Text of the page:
Being on the relatively sane side of The Pond, it’s easy to laugh at the absurdities of the American Christian far-right religious agenda, but the tolerance of such views has a different colour in Europe where many of the nation states are generally secular.
I’ve written before about the dissolution of views based on ethics – how, up to very recently, it was difficult to argue against any ethical issue without running the risk of being labelled as something nasty and thuggish. I include religious views here, as over recent months there has been a greater willingness to examine each and every ethical and religious issue and expose them to daylight. Green ethics came first, the questioning of religion is only just emerging from the hard-line atheist corner and going mainstream.
There are several drivers for this in the UK. The credit crunch has forced consumers to think with their pockets and not their hearts; the political cycle (the politically-correct Blair years) is turning; the English are getting restless over the perceived unfairness of devolution.
There will be international influences too, and it will be intriguing to see whether the science v religion battle that’s raging in certain US arenas translates to this country.

Footnote: One of the scientists interviewed in the movie was Pharyngula’s author, PZ Myers. He was waiting to see the film but was promptly evicted from the queue, which is ironic considering the film’s position that ID-proponents are unfairly treated. Oddly enough, Myers’ guest, Richard Dawkins (also interviewed), was allowed in to see the film.

The galling truth about trends

A couple of discussions on one of my favourite science podcasts, the Skeptics Guide to the Universe, reminded me of the importance of correlation when looking at quirky behavioural trends.
Take the example of a scientific statement that “global warming will cause a higher incidence of gallstones.”
This assumes that A causes D to happen. That statement was based upon the higher incidence of gallstones amongst people living in the Mediterranean where there’s a hot climate and a different diet, meaning a higher risk of dehydration, which in turn heightens the risk of people developing gallstones.
Assuming that global warming will mean more people will live in a climate similar to the Mediterranean means that gallstones are a real risk because A is likely to cause B or C (different diet / dehydration) to happen which leads to D.
I raise this because I greatly enjoy the simplistic cause-and-effect stories we see in the press about changing consumer behaviour due to the credit crunch.
The Hemline Index is one of my favourites, where correlations are drawn between length of skirts and economic cycles. They may not even be connected. It’s a bit like saying that because two totally unconnected events (e.g. lemming suicides and iPod sales) show similar characteristics on a graph, then one event affects the other.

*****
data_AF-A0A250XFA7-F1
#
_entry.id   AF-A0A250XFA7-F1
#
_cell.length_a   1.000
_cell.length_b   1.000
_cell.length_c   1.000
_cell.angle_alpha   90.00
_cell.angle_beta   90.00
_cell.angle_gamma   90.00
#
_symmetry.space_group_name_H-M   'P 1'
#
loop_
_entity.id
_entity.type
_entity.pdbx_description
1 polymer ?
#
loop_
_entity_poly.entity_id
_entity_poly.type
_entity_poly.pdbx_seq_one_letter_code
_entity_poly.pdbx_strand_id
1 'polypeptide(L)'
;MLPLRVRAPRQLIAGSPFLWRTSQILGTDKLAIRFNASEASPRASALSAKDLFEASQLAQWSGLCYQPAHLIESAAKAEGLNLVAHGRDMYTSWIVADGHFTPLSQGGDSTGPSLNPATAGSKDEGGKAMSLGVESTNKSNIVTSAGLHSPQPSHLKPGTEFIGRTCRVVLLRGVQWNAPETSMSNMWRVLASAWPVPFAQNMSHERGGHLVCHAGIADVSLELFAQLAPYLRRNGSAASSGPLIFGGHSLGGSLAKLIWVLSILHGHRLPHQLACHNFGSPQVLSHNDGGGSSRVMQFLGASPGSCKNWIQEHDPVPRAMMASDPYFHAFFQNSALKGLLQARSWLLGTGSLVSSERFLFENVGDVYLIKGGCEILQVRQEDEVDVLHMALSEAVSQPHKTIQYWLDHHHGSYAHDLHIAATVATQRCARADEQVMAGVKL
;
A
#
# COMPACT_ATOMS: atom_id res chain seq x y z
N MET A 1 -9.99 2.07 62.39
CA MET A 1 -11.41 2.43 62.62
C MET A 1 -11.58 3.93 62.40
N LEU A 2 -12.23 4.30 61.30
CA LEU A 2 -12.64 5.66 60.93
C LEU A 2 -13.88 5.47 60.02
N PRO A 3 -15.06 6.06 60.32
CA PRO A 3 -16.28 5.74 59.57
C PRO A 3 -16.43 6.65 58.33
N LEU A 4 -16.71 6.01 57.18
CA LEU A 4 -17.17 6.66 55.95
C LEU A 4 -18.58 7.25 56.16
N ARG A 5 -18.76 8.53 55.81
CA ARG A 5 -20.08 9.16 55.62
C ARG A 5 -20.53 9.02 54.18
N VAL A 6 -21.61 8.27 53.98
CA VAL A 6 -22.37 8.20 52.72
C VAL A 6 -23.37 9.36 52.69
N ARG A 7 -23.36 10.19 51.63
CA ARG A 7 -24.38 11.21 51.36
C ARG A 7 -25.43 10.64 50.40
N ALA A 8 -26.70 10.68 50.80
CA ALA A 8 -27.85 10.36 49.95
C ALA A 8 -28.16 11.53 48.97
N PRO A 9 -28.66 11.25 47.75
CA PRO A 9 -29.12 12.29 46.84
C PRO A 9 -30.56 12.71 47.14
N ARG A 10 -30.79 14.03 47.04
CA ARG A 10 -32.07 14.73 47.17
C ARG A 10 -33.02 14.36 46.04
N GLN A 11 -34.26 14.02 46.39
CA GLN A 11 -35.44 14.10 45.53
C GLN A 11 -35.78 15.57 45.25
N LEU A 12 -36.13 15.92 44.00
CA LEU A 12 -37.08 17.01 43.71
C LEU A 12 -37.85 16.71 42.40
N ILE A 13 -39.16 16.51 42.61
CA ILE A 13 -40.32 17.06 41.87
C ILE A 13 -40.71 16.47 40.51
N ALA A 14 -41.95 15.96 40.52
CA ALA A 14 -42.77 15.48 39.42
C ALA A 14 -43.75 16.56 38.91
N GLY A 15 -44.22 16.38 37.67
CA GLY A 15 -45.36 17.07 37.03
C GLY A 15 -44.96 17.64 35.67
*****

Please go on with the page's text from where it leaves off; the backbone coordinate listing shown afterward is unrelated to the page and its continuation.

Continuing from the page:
The Hemline Index can only be connected to the economic cycle if research demonstrates that the events between are related (in this case, mood or cost of materials or other so far unidentified factors).
There’s an interesting article in Saturday’s Times newspaper which connects the rise in car boot sales to the credit crunch “as people clear out their unwanted possessions to make ends meet.” It’s a plausible argument, but too little time is given to other factors such as dissatisfaction with eBay, the motivation and reasons for buying at a car boot sale, as well as the finiteness of the supply (i.e. if you’ve cleaned out your garage and sold your junk, then what else are you going to sell?).
It’s all about having the facts.

Square pizzas = trouble

There was a curious piece on the business section of BBC Breakfast this morning. Apparently the major factor in rising food costs is packaging, particularly plastics (derived from oil). Food packaging costs rose 30% over the last 6 months, but looking at the last 2 weeks, the rise was 13%!
This will affect the shape of manufactured food. Circular packaging means more wastage because of off-cuts and added energy needed to recycle. Therefore the answer is… square food.
So, never mind the hemline index as an indicator of hard times, watch out for the prevalence of square pizzas.

Self-important bit

I’m Victor Houghton, a, er... something or other in one of the UK’s largest advertising agencies. My job title has a comma in it, which is embarrassing. I’m the chief finder-things-outer with a splash of trends who is lucky to work with all the major functions of the agency, even though I am most closely associated with strategic planning. Everything in this blog has most probably been stolen from other, infinitely more talented people, although the opinions are most definitely my own and not those of the agency.



site stats